- You will also need to acquire a federal tax ID number (also known as an EIN, or employer identification number). This is essentially a Social Security number for your business, as it is a nine-digit code used to file taxes, hire employees, open business banking accounts, and more.
- Next, you’ll need to register for any relevant taxes with the Kansas Department of Revenue, and also obtain all licenses and permits that apply to your business type. Keep in mind that, depending on the nature of your business, you might require licenses from the federal, state, county, and municipal governments.
Once you’ve finished all of these steps, you’re ready to operate a compliant business entity with the state of Kansas!
Key Steps for Maintaining a Kansas LLC
After you’ve completed all of the items in the previous section, you’ll need to focus on maintaining your LLC. The first step in this process is to open a business bank account. This will help you keep your business and personal expenses entirely separate, and it will also help immensely with your accounting and taxation responsibilities.
You should also keep detailed records of every financial transaction that takes place with your LLC. This means maintaining a file of invoices for every purchase and sale you make, along with information regarding your employees or contractors and the work they perform for your business.
As we already mentioned, annual reports are a key component of LLC maintenance in this state, and there are harsh financial penalties for delinquent reports. Additionally, you might want to hold an annual meeting to discuss goals and priorities for your LLC, although this is an optional step.
Frequently Asked Questions
Before we wrap things up, let’s take a look at some of the most common questions we hear from readers regarding the LLC formation process in Kansas.
What are the state business tax rates in Kansas?
If your LLC is taxed like a sole proprietorship or general partnership, you’ll need to pay taxes on your business income at the state’s personal income tax rates (between 3.1% and 5.7%, depending on your income level). If your LLC is taxed like a corporation, you’re required to pay Kansas’ 4-7% corporate income tax on your business revenue.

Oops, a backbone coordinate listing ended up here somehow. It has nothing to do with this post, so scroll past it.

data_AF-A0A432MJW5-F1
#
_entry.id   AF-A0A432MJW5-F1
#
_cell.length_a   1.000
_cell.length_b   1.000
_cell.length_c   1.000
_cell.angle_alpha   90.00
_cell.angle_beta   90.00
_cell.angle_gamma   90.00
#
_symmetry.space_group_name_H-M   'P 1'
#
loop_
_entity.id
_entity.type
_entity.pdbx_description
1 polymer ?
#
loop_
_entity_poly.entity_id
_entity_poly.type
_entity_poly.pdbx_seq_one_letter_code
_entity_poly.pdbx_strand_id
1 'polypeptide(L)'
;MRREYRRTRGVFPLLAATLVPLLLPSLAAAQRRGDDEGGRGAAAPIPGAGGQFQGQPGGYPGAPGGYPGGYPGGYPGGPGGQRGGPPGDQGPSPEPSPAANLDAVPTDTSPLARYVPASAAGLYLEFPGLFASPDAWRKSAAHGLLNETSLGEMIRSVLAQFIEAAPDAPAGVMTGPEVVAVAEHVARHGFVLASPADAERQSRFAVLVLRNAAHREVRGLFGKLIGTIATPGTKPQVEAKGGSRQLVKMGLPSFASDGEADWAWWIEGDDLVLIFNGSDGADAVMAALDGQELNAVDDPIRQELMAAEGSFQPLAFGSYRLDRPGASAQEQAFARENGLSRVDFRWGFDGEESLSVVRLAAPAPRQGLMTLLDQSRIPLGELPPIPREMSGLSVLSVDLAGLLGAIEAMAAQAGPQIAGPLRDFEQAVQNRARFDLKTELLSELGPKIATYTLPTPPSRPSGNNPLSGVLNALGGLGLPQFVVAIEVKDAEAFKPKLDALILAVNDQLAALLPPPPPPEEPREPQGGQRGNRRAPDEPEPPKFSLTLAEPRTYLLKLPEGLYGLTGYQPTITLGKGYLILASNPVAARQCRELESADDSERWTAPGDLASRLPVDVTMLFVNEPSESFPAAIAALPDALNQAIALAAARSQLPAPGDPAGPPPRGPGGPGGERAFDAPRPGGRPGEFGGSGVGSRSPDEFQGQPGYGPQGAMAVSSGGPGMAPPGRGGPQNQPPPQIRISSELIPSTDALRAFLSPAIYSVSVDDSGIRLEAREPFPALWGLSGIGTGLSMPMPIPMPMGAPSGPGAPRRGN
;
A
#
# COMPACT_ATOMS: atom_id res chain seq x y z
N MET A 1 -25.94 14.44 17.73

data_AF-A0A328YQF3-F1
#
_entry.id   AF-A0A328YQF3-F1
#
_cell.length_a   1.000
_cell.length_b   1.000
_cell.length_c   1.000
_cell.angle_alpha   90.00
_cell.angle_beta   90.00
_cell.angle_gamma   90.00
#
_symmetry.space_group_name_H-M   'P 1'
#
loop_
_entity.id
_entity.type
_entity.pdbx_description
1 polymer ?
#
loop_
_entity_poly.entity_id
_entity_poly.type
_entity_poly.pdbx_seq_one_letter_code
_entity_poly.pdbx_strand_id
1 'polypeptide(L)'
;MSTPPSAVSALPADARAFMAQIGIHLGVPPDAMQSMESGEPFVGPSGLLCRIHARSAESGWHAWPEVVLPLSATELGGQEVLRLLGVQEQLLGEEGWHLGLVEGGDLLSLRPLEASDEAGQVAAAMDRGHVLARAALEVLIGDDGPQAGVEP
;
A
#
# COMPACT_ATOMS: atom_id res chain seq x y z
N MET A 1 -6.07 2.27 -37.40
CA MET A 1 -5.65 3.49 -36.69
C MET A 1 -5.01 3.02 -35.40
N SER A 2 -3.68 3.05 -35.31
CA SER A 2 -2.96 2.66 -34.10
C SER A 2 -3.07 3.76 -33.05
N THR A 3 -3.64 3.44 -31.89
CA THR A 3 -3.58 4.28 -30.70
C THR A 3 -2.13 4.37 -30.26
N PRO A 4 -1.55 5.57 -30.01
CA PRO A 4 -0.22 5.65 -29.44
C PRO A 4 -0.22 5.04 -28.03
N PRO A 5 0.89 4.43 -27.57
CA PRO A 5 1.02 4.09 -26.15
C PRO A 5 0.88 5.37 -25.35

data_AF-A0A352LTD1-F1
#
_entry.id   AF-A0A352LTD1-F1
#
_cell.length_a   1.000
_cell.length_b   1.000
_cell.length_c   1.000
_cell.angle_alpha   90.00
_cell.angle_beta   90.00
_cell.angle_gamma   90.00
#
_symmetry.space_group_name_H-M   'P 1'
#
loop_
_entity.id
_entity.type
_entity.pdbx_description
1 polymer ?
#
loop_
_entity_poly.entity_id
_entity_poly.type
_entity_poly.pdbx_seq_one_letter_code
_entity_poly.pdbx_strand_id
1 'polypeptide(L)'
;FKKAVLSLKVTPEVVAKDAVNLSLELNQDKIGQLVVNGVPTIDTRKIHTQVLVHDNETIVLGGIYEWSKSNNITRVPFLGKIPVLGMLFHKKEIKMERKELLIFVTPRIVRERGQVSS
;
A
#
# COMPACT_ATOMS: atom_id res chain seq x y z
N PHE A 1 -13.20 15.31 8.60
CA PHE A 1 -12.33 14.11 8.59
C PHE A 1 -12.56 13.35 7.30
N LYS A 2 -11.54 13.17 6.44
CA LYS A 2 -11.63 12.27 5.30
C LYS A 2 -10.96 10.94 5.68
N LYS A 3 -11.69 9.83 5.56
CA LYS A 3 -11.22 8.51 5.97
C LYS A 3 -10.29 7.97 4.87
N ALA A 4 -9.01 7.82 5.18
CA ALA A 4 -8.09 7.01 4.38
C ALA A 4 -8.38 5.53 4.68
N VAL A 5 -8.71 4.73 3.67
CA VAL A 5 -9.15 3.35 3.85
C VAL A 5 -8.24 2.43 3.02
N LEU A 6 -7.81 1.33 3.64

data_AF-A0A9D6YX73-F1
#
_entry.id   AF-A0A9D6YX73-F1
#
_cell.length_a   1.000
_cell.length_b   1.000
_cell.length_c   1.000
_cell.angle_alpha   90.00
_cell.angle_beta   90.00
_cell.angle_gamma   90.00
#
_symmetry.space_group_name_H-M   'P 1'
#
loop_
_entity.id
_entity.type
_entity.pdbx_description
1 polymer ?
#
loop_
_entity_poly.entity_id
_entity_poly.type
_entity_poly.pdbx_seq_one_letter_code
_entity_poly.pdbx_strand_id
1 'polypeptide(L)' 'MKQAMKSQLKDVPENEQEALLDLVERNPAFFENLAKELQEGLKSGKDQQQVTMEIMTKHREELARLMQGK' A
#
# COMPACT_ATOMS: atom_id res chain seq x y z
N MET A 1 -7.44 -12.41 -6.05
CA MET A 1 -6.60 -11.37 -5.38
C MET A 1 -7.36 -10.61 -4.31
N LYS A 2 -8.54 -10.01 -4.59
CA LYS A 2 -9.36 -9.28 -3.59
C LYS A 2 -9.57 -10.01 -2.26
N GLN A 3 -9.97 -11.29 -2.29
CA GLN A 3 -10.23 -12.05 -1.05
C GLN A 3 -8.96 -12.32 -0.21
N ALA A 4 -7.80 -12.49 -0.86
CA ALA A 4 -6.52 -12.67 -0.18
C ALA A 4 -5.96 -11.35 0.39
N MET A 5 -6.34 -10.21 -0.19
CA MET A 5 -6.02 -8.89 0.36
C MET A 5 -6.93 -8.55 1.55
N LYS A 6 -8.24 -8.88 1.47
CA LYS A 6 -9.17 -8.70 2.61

How quickly does Kansas process LLC formations?
The Secretary of State should be able to process your LLC’s formation within 3-5 business days. If you’re in a hurry, you can file online. Kansas typically processes online LLC formations within one business day.
How many small businesses are there in Kansas today?
The state of Kansas is home to nearly 275,000 small businesses. Entrepreneurs of all backgrounds and business types find that Kansas is a great place to own and operate a small business.
What are the top small business resources and websites in Kansas?
The Kansas chapter of the Small Business Development Center is a great place to start, as they offer a wide variety of tools and resources for Kansas LLCs. The U.S. Small Business Administration’s Kansas District Office is another valuable resource, and the state’s small business resource page also has plenty of good info.
Should I form my LLC in Kansas, or choose a state like Delaware or Wyoming?
Some people like to form their LLCs in states with favorable legal settings. For instance, Delaware is often seen as the most business-friendly state, as it has an entire court system that’s dedicated solely to business matters. As for Wyoming, this state has some of the most generous anonymity laws for LLC ownership.
However, for most people, your best option is to simply form your business in your home state. Forming in a different state can be a tremendous hassle, and it can add some unnecessary complexity to tax issues as well.